Monday, 24 August 2015

‘I wish I could give breast milk to all the babies who need it”

Donor mom, Lungile Kubheka
Photo: Wendy Khumalo
August 7

Madadeni: Eighteen-year-old Lungile Kubheka’s daughter was born at only 30 weeks but the upside of this, she says, was that it gave her the opportunity to help other needy babies.
Lungile’s baby has been in the Intensive Care Unit at Newcastle Hospital since she was born two weeks ago. “I thank God because if she wasn’t premature, I wouldn’t have been stuck in the hospital and had the chance to donate my breast milk.” Lungile, who comes from a farm in Manzama, KwaZulu Natal, finished matric last year. After giving birth, she was told about the Human Milk Bank at the hospital. She jumped at the chance to donate. “I wanted to help babies that don’t have mothers and the kids whose mothers don’t have milk.” Lungile explains the process: “They tested me for HIV and then they gave me a donor number. I wash my hands and I take the cup and express my milk into it. Then I close the cup and I write my name and my donor number on some tape and put it on the cup. Then I put the cup in the fridge.”
Even though her baby is tiny, “she is doing fine”.
“Every hour and thirty minutes I go and see her. I feed her my expressed milk with a tube. I know how good breast milk so that is why I want every baby to have it.
“The good thing is that the more milk you express, the more you produce. So you don’t have to worry about whether your baby won’t get enough.
“I wish I could give breast milk to all babies who need it.”

Taking the message to the community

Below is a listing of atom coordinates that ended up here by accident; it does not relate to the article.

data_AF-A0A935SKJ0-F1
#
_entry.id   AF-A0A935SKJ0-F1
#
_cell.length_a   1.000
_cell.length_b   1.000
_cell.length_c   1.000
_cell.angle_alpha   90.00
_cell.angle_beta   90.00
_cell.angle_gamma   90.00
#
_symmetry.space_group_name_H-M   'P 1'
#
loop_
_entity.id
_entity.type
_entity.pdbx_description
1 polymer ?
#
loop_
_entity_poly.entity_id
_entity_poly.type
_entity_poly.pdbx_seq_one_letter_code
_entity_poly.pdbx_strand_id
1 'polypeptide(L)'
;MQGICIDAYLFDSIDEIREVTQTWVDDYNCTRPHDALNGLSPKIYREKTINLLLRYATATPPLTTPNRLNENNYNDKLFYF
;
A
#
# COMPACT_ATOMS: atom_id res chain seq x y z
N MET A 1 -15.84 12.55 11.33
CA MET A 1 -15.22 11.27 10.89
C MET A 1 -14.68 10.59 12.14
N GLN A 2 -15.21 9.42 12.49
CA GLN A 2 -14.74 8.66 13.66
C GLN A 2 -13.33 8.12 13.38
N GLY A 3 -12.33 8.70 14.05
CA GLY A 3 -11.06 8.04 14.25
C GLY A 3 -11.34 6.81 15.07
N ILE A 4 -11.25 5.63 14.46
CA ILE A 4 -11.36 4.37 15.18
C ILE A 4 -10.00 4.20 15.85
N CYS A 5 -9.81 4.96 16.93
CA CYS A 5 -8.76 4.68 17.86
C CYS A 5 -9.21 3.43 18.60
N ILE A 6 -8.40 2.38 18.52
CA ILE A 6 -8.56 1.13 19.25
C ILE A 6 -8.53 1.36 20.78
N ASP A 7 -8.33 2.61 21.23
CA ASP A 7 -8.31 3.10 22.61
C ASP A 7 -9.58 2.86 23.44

August 7

Madadeni: Breastfeeding Week 2015 was celebrated in the Amajuba district in north-west KwaZulu Natal with a lively community event aimed at raising awareness of the importance of exclusive breastfeeding and of the implementation of the Human Milk Bank at Newcastle Hospital.
 “The broader goal is to reduce child malnutrition and mortality,” explained Ms Sindisiwe Mchunu, nutrition co-ordinator of Amajuba District.
“The rate of breastfeeding after delivery is very high – 90% and above - but after discharge from hospital, most mothers are not practicing exclusive breastfeeding and that is our challenge,” said Ms Mchnu. “The rate of exclusive breastfeeding is very low: only 8%. This has contributed to high rates of malnutrition in our district.
“Last year (2014/2015), the number of admissions for severe acute malnutrition was above 200, compared to 155 in 2013/2014. So every year, there is an increase.
“If we get 200 coming to hospital, how many more are there in the communities? We see children as young as two months with malnutrition. We think that if we get breastfeeding right, we can get that right.”
The event was attended by around 300 men and women of all ages.  This was deliberate, explained Ms Mchunu, as care is often shared by members of the family.
“We had focus group discussions last year which showed that when mothers have to go back to work or to school, that is when exclusive breastfeeding stops. We need to target not just the mother but the community as a whole. This means gogos and mkhulus.”
Ms Lungile Kubheka, an 18-year-old donor mother, gave a moving account of how she is donating her breastmilk to the Human Milk Bank at Newcastle Hospital.
Short dramas enacted by Mixed Media showing the everyday obstacles encountered by nursing mothers had the audience in fits of laughter.  Umbrellas, baby beanies and cooler bags with the pink and white Made by Mom branding were distributed to those who correctly answered questions about the importance of exclusive breastfeeding and human milk banking.
In a room at the back of the hall, nurses from the Newcastle Hospital offered a full range of community services including immunization and growth monitoring for children; screening for HIV, diabetes and hypertension as well as family planning.
“When we get people together like this, we use the opportunity to provide every service we possibly can,” explained Ms Mchunu.